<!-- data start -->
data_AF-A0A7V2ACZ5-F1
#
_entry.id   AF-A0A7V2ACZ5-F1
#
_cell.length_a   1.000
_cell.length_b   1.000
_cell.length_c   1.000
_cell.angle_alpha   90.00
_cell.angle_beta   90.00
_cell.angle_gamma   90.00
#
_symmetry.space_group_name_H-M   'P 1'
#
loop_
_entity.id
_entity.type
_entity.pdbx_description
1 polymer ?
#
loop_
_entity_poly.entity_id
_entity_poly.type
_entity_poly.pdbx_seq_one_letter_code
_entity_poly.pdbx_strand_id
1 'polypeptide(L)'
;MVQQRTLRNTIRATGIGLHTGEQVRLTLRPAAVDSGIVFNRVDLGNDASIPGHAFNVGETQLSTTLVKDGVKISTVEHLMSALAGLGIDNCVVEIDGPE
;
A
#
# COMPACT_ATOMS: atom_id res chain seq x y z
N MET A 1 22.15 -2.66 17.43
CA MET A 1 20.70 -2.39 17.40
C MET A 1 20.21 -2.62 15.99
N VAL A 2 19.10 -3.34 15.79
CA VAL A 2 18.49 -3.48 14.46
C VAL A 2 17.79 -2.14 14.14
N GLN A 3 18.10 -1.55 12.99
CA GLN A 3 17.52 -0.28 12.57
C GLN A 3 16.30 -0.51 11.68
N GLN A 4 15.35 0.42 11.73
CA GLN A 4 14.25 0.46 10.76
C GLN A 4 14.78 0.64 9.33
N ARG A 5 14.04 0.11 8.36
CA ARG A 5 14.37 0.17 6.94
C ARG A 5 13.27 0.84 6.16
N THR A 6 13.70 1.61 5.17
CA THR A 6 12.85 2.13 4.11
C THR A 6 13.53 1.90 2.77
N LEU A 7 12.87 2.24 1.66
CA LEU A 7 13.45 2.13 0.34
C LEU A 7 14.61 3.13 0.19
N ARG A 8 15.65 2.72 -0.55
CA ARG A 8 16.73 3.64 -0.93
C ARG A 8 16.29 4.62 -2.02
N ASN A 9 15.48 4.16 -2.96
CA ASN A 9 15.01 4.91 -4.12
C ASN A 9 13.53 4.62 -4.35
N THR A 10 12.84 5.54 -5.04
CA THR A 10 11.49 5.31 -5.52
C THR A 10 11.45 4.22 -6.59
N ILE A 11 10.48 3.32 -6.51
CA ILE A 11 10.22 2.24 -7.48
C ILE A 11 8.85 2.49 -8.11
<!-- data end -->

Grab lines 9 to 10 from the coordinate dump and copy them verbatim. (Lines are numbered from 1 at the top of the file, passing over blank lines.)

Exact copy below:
_cell.angle_beta   90.00
_cell.angle_gamma   90.00